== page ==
Handy COVID How-Tos: How To Properly Care For Someone With Mild COVID Symptoms
Keep these four essential tips in mind!
Can you believe it?
We're not only halfway through 2021, but that also means most of the world has been living under varying levels of quarantine for almost a year and a half!
But while many communities are taking baby steps to return to normal functioning, this is still no reason for us to let our guard down. Even with improved COVID testing, rising inoculation rates, and societies moving closer to achieving herd immunity, infection is still possible! All the things we were taught to be mindful of—being asymptomatic and passing on the illness to someone else, not taking isolation seriously, the need to wear masks despite being vaccinated—all of that still applies to continue protecting ourselves and everyone we love from getting sick.
It's a word of caution Makati Medical Center wishes to send out as the country has eased back into General Community Quarantine status and all Filipinos hope to maintain the delicate balance between economic recovery and medical priorities.
But as we all know and as what headlines tell us, even though we may continue to play by the rules and stick to COVID safety protocols, people may fall ill—including someone who lives under the same roof as you.
On the occasion that this does happen (fingers and toes crossed that it never does), Makati Medical Center offers a few handy tips to keep in mind while caring for a COVID-positive loved on who lives with you. (Note: The assumption here is that your COVID-positive family member is showing only mild symptoms and can safely recover at home. The moment the illness becomes even slightly unmanageable, it's time to find a hospital that can accommodate them).
Isolation is key to keeping everyone healthy and able. After all, you can't take care of someone sick when you yourself are way, way under the weather!
Alternative A is the best one: Your family member in need needs their own bedroom and bathroom, and no one should go in and out of this space for the prescribed amount of time for self-isolation.
Alternative B should be followed when the first scenario isn't completely achievable: Sometimes, families will really need to move in and out of shared spaces (bathrooms, the kitchen, or dining areas), so what they can do in this case is wear masks at home and disinfect common areas immediately after your COVID-positive family member uses them.
Do a supply run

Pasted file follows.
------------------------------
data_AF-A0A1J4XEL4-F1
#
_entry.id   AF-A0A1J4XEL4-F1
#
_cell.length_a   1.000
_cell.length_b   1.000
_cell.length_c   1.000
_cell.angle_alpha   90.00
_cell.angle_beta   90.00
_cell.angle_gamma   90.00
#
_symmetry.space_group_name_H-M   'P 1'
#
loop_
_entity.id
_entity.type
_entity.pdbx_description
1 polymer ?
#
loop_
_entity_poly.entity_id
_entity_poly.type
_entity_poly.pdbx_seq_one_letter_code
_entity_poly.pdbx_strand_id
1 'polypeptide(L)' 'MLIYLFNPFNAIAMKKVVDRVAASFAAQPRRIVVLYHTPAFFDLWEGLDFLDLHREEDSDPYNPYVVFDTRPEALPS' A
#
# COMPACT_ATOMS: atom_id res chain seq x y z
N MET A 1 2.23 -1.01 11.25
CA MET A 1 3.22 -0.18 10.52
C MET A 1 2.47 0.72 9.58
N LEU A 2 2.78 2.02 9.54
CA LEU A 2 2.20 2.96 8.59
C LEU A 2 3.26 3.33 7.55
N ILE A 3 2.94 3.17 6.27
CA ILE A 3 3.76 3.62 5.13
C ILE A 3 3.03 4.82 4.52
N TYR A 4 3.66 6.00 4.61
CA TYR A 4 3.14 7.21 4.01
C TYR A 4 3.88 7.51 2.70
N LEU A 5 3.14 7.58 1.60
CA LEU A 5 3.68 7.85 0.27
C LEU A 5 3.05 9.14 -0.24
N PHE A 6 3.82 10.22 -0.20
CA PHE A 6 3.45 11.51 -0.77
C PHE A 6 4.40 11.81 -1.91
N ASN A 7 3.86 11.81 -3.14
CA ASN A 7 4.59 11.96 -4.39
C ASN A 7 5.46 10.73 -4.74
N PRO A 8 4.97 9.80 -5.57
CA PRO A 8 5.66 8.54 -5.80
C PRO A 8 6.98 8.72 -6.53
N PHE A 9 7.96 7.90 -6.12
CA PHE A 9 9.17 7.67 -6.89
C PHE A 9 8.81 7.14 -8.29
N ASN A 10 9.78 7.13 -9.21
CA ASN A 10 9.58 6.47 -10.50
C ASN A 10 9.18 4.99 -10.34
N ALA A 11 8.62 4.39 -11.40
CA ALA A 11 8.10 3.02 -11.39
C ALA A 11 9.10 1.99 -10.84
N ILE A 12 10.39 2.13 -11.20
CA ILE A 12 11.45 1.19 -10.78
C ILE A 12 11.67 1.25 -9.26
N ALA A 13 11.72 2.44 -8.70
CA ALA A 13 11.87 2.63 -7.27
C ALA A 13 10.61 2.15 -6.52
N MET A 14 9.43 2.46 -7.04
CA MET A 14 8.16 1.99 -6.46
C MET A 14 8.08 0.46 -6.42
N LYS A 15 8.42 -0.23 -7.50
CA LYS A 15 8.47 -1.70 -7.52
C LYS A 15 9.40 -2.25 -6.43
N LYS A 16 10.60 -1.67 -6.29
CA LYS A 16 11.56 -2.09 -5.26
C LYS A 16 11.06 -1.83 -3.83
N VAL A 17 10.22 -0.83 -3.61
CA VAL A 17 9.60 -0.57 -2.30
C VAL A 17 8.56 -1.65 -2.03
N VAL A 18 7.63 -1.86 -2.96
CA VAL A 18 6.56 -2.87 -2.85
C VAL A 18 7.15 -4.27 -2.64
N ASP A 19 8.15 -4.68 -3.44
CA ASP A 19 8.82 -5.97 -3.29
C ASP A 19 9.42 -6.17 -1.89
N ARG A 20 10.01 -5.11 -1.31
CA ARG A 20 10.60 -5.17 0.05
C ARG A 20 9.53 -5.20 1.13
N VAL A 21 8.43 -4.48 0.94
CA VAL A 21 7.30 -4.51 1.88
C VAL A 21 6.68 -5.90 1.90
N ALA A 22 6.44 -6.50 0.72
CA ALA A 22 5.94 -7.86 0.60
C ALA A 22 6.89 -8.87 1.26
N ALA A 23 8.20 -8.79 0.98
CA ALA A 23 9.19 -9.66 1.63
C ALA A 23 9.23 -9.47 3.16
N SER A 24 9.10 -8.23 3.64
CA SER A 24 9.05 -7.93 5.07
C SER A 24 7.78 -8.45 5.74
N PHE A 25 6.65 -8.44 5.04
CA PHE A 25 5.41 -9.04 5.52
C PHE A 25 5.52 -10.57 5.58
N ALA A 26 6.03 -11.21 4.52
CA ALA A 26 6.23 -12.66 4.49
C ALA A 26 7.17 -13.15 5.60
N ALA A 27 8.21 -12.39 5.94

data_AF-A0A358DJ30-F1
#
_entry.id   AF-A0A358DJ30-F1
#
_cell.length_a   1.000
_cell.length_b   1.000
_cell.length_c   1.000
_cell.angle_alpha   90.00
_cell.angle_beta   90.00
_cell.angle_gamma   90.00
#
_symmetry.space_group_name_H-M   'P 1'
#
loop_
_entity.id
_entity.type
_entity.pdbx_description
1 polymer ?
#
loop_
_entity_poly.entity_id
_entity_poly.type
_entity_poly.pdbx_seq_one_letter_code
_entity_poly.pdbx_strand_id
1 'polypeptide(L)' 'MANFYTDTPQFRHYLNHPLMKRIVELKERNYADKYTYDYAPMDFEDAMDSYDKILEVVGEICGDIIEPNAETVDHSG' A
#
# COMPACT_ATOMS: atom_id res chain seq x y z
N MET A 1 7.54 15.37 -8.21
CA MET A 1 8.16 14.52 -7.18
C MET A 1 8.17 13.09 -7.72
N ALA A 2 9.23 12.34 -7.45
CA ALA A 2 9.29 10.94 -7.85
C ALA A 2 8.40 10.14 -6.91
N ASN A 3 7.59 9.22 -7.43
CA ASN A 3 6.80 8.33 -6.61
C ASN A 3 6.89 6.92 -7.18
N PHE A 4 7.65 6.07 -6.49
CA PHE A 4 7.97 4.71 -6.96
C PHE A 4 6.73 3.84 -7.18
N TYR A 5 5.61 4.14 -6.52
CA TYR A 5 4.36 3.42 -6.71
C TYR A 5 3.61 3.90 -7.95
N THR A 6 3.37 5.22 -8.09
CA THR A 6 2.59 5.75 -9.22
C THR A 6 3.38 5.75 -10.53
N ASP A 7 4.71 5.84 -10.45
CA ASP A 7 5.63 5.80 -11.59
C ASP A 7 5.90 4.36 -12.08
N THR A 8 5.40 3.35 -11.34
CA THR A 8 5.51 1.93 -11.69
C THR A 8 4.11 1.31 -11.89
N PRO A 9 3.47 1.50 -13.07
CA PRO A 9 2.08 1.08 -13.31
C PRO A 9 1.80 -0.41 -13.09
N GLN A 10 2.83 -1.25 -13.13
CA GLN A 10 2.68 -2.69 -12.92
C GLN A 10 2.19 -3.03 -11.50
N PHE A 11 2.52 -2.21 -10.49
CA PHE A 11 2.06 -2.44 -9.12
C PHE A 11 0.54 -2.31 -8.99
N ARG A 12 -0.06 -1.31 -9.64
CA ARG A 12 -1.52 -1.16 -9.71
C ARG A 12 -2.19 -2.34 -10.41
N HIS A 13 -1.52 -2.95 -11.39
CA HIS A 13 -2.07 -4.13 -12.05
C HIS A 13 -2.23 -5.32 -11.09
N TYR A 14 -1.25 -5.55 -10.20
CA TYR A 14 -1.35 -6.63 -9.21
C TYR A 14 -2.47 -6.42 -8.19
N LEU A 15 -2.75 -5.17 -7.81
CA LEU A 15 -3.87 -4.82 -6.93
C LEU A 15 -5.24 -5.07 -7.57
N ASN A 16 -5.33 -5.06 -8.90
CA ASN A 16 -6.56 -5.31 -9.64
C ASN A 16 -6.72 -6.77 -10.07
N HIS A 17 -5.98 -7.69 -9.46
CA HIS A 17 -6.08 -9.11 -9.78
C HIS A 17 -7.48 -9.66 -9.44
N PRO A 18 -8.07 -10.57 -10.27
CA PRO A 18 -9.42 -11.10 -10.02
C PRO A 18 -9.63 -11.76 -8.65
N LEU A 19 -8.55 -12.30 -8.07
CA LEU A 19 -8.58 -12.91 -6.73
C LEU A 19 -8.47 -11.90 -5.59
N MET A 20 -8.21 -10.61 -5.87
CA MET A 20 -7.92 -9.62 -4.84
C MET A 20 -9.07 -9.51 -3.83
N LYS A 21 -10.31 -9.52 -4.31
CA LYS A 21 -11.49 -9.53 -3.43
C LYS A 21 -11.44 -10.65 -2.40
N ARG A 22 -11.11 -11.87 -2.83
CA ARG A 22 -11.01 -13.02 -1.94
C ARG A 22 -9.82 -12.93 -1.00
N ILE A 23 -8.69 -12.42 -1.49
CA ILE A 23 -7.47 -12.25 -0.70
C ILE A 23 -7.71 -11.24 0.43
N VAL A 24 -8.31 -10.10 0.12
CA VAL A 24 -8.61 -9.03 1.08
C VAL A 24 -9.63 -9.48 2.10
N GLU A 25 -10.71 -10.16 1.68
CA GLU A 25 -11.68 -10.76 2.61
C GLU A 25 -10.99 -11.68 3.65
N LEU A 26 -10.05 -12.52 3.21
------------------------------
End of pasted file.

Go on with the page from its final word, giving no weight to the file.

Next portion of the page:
And we don't just mean medical supplies, but you should definitely have enough essentials on hand including vitamins and fever first-aid items. (You could even throw in hydration salts and drinks for extra precaution).
They're going to need other essentials that limits sharing items at home that could spread illness. Ideally, they'll have their own plates, utensils, glass, and dish sponge. In fact, it's even recommended that their laundry be separated, too.
FYI the right people
Taking care of a COVID-positive person at home doesn't necessarily mean you keep their illness a secret. This is true even though you have enough space to move around at home safely (as opposed to say living in an apartment or condo complex where you'll be sharing the elevator and stairwell with your neighbors).
The main point of informing the right people about having a COVID patient at home isn't to raise the panic alarm in your neighborhood, but so that authorities can be your allies in recovery and be on the lookout for your loved one's safety, just like you. In case their condition takes a turn for the worse at any point and you'll need any kind of assistance, you'll need your barangay staff, building management, or community health center ready for anything. When they know someone close by has COVID, they'll be able to lend resources to you and your family when you call on them.
Design a recovery-conducive atmosphere
Comfort and a supportive home environment are just as important to a COVID patient's recovery. Medicine helps, but so can surroundings, tangible and intangible.
Be available for your loved one, and assure them they'll be cared for until they're A-okay.
As for the physical environment they'll be isolating in as they recover, it needs to things in abundance: ventilation and sunlight, especially early morning sunlight (sunlight-stimulated Vitamin D is essential in COVID protection and recovery!). Allot a room at home for them that allows natural light in and can comfortably house a fan or two. (Remember that fans provide better ventilation than air conditioning, especially when paired with an open window).
And with that, we hope everyone stays safe!
All images from Unsplash and Pexels